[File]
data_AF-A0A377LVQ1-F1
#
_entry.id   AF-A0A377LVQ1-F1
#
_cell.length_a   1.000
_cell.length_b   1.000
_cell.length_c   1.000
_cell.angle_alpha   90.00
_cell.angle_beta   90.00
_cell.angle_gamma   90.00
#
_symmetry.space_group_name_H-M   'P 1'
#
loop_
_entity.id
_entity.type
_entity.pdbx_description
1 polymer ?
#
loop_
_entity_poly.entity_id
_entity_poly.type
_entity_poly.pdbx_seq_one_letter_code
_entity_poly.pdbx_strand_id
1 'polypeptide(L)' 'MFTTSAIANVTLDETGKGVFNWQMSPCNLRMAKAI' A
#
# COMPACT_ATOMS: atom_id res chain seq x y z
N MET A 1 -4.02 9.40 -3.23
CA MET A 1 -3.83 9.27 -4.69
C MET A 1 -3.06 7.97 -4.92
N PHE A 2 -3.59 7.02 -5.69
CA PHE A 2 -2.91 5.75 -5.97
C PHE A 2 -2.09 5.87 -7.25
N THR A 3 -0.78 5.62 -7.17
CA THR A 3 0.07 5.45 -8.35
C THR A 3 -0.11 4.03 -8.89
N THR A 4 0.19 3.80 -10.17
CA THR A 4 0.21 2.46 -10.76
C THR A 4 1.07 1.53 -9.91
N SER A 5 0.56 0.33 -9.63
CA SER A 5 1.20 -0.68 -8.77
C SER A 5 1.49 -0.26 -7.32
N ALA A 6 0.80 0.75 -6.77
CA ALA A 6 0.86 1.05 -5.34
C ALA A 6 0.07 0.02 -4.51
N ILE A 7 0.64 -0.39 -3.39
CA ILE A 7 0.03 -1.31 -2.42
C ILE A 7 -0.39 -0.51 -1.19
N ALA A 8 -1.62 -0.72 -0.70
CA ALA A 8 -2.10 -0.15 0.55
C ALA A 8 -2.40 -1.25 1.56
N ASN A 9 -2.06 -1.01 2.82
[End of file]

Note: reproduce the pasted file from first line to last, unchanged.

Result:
data_AF-A0A377LVQ1-F1
#
_entry.id   AF-A0A377LVQ1-F1
#
_cell.length_a   1.000
_cell.length_b   1.000
_cell.length_c   1.000
_cell.angle_alpha   90.00
_cell.angle_beta   90.00
_cell.angle_gamma   90.00
#
_symmetry.space_group_name_H-M   'P 1'
#
loop_
_entity.id
_entity.type
_entity.pdbx_description
1 polymer ?
#
loop_
_entity_poly.entity_id
_entity_poly.type
_entity_poly.pdbx_seq_one_letter_code
_entity_poly.pdbx_strand_id
1 'polypeptide(L)' 'MFTTSAIANVTLDETGKGVFNWQMSPCNLRMAKAI' A
#
# COMPACT_ATOMS: atom_id res chain seq x y z
N MET A 1 -4.02 9.40 -3.23
CA MET A 1 -3.83 9.27 -4.69
C MET A 1 -3.06 7.97 -4.92
N PHE A 2 -3.59 7.02 -5.69
CA PHE A 2 -2.91 5.75 -5.97
C PHE A 2 -2.09 5.87 -7.25
N THR A 3 -0.78 5.62 -7.17
CA THR A 3 0.07 5.45 -8.35
C THR A 3 -0.11 4.03 -8.89
N THR A 4 0.19 3.80 -10.17
CA THR A 4 0.21 2.46 -10.76
C THR A 4 1.07 1.53 -9.91
N SER A 5 0.56 0.33 -9.63
CA SER A 5 1.20 -0.68 -8.77
C SER A 5 1.49 -0.26 -7.32
N ALA A 6 0.80 0.75 -6.77
CA ALA A 6 0.86 1.05 -5.34
C ALA A 6 0.07 0.02 -4.51
N ILE A 7 0.64 -0.39 -3.39
CA ILE A 7 0.03 -1.31 -2.42
C ILE A 7 -0.39 -0.51 -1.19
N ALA A 8 -1.62 -0.72 -0.70
CA ALA A 8 -2.10 -0.15 0.55
C ALA A 8 -2.40 -1.25 1.56
N ASN A 9 -2.06 -1.01 2.82